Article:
Let's reacquaint ourselves with the combatants:
MATCH 1: Unstoppable Forces
THE POWERPUFF GIRLS
Blossom, Bubbles, and Buttercup were created by Craig McCracken for his 1992 animated short entitled "Whoopass Stew! The Whoopass Girls in: A Sticky Situation". The characters were inspired by a doodle he made on his brother's birthday card while studying at the California Institue of Arts. The short was later picked up for a pilot by Cartoon Network, where the name was changed to the more TV-friendly "Powerpuff Girls." While the pilot was initially rejected in favor of "Dexter's Laboratory" in 1995 (which McCracken had helped classmate and future PPG collaborator Genndy Tartakovsky with), McCracken was allowed to make more shorts and the show was finally greenlit to premiere in 1998.
The show ran until 2005 (including a prequel film in 2002), when McCracken and current showrunner Chris Savino felt that despite the offer for another season, and show had run its course. They returned a few years later for a 10th Anniversary special. In 2014, a new special was created without McCracken's input. An Anime version called "Powerpuff Girls Z" was produced in Japan in 2005 baring little resemblance to the original. Finally, it was announced that she show would recieve a reboot in 2016 with an entirely new production company and cast.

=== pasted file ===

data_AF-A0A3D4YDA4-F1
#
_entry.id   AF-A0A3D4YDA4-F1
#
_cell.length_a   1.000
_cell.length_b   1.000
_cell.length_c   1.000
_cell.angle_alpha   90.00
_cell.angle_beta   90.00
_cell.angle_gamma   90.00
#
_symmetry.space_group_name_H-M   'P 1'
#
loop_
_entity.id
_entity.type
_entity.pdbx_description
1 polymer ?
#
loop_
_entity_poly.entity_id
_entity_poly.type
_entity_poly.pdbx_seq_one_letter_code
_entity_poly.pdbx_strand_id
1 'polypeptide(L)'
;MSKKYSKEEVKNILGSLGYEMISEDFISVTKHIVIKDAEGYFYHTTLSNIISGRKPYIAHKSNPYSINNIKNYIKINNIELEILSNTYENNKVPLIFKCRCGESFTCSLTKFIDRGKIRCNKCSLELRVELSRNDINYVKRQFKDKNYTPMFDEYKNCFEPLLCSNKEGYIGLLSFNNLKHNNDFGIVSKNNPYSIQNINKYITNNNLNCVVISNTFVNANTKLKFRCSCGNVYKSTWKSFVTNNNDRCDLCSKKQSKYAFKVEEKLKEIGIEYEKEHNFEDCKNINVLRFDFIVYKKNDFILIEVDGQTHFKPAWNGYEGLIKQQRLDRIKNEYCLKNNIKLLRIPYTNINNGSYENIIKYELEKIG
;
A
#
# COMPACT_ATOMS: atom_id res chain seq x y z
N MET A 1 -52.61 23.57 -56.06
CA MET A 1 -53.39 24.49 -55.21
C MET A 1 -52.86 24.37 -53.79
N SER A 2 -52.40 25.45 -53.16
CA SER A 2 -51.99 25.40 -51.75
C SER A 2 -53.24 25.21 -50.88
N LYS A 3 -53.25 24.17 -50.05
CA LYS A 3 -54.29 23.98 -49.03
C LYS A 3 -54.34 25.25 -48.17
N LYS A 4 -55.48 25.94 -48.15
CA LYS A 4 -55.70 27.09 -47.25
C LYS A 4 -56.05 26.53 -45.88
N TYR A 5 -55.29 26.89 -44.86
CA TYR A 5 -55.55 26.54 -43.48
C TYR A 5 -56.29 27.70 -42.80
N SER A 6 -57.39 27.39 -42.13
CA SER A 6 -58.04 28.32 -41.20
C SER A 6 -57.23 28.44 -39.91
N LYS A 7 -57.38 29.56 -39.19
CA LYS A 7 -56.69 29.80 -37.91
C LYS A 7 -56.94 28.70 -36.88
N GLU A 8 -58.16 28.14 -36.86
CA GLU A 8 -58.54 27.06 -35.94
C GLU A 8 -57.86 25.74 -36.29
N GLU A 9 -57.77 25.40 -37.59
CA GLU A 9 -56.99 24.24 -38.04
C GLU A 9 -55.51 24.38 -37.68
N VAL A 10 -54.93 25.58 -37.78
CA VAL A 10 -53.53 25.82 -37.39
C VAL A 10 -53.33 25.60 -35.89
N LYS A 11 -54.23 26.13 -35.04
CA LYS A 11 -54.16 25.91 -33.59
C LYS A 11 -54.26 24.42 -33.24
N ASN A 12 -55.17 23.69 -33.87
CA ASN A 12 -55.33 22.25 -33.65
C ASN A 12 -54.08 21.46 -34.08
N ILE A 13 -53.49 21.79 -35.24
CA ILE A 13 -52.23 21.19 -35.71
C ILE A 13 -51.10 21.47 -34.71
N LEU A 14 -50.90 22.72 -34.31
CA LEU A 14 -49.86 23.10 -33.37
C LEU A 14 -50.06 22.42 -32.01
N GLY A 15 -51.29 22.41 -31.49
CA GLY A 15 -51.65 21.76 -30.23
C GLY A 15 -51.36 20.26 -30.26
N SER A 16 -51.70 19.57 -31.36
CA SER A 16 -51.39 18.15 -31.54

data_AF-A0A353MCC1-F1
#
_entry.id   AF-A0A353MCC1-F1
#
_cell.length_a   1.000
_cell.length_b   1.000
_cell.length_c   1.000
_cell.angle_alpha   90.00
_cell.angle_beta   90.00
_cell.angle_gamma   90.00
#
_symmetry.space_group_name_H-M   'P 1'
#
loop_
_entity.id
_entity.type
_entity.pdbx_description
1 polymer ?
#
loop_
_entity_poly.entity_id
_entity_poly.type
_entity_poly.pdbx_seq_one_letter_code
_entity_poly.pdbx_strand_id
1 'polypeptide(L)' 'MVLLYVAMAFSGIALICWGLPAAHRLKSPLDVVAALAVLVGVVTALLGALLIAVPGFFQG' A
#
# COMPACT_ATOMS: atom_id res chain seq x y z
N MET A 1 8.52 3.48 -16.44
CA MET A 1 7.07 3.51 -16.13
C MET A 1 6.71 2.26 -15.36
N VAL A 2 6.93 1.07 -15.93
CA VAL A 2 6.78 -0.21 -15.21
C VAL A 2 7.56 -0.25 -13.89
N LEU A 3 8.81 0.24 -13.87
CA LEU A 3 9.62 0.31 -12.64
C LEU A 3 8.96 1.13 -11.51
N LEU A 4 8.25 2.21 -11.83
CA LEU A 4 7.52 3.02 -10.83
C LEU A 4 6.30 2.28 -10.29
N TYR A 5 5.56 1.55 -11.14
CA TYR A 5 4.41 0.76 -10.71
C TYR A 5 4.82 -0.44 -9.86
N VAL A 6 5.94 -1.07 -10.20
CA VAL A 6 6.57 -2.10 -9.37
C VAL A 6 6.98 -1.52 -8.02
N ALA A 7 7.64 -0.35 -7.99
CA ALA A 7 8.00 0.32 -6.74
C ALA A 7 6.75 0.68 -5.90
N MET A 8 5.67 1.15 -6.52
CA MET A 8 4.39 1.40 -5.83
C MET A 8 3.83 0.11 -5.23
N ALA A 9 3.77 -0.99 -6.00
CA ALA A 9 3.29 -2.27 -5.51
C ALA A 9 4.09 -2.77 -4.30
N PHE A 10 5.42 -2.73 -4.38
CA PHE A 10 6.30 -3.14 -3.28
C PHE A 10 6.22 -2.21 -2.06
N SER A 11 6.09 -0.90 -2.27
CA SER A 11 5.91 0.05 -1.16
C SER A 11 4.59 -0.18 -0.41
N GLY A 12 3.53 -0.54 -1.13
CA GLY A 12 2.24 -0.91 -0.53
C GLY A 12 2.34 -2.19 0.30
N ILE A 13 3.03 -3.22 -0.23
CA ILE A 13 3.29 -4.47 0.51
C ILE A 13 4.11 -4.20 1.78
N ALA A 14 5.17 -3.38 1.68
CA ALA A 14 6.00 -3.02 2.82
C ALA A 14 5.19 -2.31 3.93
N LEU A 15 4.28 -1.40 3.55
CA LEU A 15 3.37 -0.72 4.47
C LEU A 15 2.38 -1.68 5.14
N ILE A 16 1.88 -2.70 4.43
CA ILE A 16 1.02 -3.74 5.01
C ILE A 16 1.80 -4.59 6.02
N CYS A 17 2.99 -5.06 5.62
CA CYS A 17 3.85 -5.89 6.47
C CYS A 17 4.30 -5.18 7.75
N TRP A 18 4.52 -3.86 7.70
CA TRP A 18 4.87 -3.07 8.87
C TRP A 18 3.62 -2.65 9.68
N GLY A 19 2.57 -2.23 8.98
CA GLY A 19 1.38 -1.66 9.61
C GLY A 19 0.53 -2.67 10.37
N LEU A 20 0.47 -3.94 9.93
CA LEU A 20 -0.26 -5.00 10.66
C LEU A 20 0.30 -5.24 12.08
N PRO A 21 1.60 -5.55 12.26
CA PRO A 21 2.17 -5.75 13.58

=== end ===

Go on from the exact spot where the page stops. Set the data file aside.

The girls' base personalities were each representative of one of the original ingredients in their in-universe creation. Bubbles (in blue) is Sugar, Buttercup (in green) is Spice, and Blossom (in pink) is Everything Nice. Though naturally character development gave them rounded characteristics, strengths, and weaknesses.
In most official appearances Blossom is voiced by Cathy Cavadini, Bubbles is voiced by Tara Strong, and Buttercup is voiced by E.G. Daily. In "Powerpuff Girls Z", Blossom is voice by Emiri Katō (Japanese) and Nicole Bouma (English Dub); Bubbles is voiced by Nami Miyahara (Japanese) and Maryke Hendrikse (English Dub); and Buttercup is voiced by Machiko Kawana (Japanese) and Kelly Metzger (English Dub). No casting on the reboot has been announced other than Tara Strong's confirmation that main characters will be recast